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Br J Pharmacol. 2019 Jan 12. doi: 10.1111/bph.14568. [Epub ahead of print]

Don't forget astrocytes when targeting Alzheimer's disease.

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Neuroscience Institute, NYU Langone Medical Center, New York, USA.
Department of Neuroscience and Physiology, NYU Langone Medical Center, New York, USA.
Department of Pharmacology and Therapeutics, The University of Melbourne, Melbourne, Victoria, Australia.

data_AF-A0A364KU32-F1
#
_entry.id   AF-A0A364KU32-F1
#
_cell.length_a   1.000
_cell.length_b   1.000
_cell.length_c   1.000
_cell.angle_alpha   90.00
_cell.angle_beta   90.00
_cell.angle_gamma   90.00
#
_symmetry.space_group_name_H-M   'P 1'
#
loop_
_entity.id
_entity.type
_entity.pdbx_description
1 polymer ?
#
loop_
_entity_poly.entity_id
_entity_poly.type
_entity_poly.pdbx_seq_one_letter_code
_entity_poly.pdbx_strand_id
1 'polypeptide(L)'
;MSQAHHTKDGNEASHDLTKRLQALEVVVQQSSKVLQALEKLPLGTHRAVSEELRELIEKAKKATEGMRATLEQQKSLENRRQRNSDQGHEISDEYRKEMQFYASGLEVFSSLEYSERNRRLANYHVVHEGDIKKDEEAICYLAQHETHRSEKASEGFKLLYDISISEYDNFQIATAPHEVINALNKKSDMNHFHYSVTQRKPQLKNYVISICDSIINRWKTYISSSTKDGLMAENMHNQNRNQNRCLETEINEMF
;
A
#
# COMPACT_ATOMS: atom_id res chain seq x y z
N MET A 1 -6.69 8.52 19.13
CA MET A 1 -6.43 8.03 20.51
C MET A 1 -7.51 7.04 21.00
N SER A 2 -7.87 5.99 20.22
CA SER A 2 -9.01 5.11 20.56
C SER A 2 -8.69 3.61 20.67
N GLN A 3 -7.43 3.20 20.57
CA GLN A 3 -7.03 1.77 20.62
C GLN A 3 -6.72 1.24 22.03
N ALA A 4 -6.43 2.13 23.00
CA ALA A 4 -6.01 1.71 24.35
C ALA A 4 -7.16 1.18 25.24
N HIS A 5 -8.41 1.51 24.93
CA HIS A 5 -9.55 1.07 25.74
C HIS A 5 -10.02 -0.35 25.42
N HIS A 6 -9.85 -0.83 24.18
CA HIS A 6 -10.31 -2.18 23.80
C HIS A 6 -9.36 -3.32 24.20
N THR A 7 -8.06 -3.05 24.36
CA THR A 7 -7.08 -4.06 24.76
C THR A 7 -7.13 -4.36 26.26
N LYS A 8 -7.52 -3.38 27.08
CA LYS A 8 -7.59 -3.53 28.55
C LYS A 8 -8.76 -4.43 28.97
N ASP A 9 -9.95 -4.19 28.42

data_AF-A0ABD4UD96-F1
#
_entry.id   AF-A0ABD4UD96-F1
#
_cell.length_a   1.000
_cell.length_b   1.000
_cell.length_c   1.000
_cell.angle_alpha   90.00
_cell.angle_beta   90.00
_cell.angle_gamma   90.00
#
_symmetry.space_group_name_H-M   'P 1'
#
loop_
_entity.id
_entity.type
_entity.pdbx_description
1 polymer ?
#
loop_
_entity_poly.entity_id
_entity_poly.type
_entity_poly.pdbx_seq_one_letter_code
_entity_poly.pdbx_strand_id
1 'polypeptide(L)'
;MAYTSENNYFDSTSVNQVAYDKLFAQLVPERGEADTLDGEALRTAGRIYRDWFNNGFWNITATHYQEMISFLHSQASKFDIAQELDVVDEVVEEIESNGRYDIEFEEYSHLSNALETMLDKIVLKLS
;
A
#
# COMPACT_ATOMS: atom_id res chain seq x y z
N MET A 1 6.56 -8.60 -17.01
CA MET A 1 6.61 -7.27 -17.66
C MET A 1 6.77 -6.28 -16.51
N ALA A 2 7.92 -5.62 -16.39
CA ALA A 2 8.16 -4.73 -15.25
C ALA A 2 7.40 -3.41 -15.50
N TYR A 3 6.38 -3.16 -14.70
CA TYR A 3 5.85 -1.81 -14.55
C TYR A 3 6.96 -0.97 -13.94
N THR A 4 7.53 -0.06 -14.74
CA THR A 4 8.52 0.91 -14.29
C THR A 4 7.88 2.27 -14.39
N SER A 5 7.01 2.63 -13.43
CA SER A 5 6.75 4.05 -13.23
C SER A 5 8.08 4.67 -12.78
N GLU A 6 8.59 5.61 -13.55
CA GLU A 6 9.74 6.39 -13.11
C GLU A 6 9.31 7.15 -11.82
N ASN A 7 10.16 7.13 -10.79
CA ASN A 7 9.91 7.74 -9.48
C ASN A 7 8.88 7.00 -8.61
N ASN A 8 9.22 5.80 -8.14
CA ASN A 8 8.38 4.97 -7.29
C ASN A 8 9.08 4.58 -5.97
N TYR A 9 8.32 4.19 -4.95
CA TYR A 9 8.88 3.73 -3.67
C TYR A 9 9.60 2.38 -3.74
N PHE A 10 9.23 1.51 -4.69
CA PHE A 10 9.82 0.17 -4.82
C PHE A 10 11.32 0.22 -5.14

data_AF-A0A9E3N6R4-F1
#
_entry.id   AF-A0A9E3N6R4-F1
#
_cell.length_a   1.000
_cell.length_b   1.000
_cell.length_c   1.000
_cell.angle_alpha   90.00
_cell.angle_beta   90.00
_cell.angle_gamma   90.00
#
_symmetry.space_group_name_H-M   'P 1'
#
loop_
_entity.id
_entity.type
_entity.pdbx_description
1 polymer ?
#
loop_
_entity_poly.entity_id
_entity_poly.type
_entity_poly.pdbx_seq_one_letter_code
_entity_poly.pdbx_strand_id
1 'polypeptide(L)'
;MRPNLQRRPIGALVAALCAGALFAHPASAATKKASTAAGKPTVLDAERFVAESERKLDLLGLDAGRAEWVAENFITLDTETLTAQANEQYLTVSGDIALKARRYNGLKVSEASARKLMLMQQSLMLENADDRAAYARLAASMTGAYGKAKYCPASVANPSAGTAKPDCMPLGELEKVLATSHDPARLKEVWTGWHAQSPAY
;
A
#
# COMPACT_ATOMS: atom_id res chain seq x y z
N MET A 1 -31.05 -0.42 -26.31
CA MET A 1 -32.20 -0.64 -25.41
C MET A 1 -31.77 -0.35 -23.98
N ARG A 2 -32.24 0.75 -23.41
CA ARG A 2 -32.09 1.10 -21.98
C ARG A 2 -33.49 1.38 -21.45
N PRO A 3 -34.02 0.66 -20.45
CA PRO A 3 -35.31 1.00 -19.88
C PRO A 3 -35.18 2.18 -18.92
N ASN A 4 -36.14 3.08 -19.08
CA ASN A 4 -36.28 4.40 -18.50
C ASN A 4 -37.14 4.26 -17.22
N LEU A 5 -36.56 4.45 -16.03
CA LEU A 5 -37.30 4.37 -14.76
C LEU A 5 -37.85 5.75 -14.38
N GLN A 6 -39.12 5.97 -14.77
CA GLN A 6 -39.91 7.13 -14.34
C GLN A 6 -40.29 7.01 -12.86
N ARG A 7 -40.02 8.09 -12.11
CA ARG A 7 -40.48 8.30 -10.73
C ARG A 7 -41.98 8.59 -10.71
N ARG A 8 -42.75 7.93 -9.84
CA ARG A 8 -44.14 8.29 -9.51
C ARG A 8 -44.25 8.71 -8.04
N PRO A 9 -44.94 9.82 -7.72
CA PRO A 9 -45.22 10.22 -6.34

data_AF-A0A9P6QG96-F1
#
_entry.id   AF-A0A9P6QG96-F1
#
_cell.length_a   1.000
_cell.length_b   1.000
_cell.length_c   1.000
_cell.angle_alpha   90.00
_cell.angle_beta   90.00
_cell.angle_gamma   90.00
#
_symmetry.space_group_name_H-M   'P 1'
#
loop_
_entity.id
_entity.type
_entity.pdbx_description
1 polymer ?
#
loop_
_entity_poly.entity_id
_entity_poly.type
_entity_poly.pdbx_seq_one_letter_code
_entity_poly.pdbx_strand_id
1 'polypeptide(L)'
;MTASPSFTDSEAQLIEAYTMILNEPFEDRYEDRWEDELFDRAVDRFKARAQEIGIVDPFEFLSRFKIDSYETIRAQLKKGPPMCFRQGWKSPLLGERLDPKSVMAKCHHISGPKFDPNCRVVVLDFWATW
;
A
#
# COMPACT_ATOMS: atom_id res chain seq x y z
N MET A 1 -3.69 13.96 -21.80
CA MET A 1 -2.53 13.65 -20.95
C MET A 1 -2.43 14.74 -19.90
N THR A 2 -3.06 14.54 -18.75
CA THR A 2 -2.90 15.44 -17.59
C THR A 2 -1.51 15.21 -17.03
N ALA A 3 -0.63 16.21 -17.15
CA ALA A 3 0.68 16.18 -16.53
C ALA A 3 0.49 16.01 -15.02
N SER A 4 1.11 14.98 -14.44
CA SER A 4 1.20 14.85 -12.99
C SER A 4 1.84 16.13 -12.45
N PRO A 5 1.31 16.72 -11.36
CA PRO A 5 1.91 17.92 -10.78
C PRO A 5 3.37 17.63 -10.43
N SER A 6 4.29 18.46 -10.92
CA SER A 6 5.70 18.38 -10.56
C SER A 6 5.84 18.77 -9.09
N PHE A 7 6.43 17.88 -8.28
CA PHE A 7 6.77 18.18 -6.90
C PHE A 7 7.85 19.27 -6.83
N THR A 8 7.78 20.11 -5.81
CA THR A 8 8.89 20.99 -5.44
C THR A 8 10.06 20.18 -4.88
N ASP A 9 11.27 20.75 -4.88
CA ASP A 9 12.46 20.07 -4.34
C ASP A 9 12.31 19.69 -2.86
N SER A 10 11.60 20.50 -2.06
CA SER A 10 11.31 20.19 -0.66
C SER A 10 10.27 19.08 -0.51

Astrocytes are essential for CNS health, regulating homeostasis, metabolism, and synaptic transmission. In addition to these and many other physiological roles, the pathological impact of astrocytes ("reactive astrocytes") in acute trauma and chronic disease like Alzheimer's disease (AD) is well established. Growing evidence supports a fundamental and active role of astrocytes in multiple neurodegenerative diseases. With a growing interest in normal astrocyte biology, and countless studies on changes in astrocyte function in the context of disease, it may be a surprise that no therapies exist incorporating astrocytes as key targets. Here, we examine unintentional effects of current AD therapies on astrocyte function and theorize how astrocytes may be intentionally targeted for more efficacious therapeutic outcomes. Given their integral role in normal neuronal functioning, incorporating astrocytes as key criteria for AD drug development can only lead to more effective therapies for the millions of AD sufferers worldwide.


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